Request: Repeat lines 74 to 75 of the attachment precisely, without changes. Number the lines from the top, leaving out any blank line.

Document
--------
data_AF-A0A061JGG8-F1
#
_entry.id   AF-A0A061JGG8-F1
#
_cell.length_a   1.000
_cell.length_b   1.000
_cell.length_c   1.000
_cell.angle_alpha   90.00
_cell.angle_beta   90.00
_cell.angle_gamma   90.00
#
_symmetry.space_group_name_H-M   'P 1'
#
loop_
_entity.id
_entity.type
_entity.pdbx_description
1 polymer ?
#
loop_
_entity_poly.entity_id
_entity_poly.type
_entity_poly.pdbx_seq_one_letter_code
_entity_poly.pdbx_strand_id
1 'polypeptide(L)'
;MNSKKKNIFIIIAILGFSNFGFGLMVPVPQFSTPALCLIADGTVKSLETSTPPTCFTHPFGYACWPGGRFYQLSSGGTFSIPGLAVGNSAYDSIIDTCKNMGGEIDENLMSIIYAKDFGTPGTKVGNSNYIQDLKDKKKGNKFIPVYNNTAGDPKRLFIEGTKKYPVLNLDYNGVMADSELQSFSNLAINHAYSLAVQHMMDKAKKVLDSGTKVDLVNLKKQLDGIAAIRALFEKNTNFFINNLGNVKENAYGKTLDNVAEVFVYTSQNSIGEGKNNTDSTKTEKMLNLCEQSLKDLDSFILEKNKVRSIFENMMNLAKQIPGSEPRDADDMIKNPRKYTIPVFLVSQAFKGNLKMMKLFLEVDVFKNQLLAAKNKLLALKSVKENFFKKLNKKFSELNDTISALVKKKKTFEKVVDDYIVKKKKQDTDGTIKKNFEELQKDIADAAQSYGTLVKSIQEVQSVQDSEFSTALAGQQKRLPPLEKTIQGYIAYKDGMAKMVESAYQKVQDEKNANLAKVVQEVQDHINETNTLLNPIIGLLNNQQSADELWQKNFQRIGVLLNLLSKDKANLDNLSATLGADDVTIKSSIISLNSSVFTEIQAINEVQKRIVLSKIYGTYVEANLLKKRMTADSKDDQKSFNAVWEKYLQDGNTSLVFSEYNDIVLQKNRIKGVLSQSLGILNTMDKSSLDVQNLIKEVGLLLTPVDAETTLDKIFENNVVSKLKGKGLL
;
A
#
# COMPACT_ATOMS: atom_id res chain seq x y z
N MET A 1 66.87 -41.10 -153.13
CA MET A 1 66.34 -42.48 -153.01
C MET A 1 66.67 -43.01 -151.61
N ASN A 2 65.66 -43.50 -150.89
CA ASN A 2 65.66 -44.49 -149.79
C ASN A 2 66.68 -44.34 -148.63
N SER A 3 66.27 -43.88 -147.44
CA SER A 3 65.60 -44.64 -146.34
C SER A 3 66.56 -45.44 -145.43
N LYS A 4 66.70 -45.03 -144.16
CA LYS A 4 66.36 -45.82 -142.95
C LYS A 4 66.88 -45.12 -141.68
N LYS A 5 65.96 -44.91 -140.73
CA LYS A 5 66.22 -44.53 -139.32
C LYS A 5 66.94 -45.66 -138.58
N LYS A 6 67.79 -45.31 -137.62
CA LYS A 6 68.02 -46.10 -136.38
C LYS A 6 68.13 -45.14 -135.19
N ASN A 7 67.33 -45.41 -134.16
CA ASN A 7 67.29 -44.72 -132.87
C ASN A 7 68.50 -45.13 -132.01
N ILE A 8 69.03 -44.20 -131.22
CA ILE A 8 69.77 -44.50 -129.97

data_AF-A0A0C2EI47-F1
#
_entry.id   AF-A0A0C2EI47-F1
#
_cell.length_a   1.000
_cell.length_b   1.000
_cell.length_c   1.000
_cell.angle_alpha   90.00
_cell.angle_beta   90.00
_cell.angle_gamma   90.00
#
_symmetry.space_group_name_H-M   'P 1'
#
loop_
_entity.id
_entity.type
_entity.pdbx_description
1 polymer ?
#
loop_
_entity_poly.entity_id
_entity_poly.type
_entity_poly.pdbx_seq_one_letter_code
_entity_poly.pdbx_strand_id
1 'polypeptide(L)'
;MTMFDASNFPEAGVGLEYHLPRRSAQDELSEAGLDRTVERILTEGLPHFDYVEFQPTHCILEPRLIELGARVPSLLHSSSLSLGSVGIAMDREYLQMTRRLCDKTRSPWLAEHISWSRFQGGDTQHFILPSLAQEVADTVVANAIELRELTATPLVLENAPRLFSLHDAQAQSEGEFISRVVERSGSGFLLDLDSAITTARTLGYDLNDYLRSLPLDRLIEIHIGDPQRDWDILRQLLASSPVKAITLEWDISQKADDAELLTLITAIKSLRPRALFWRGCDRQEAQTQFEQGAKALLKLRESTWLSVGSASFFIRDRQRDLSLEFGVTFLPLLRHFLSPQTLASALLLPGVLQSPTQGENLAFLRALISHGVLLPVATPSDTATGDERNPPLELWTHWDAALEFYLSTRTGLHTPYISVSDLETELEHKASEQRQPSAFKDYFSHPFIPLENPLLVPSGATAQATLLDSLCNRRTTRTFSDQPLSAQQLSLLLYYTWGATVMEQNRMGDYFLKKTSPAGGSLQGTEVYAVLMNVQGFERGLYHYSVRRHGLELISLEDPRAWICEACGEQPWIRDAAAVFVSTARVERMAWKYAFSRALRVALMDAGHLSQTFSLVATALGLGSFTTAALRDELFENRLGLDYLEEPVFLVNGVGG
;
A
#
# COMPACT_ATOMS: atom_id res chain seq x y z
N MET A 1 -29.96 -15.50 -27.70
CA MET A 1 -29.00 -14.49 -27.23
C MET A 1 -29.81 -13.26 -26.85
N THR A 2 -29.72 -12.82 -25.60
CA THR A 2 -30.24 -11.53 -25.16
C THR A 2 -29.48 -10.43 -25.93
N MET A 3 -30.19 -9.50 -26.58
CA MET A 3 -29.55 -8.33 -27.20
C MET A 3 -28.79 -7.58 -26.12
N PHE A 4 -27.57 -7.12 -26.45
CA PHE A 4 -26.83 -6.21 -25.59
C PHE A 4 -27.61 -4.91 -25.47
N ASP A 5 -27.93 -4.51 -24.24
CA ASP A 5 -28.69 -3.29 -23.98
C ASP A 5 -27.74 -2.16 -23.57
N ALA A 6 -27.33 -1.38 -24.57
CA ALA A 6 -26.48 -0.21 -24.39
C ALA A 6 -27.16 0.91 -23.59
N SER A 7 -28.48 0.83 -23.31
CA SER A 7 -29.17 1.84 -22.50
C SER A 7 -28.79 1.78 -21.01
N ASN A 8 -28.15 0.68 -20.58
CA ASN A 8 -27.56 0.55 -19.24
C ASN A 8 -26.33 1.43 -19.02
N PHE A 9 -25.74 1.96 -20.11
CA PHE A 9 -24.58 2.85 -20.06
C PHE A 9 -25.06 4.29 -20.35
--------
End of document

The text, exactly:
_entity_poly.entity_id
_entity_poly.type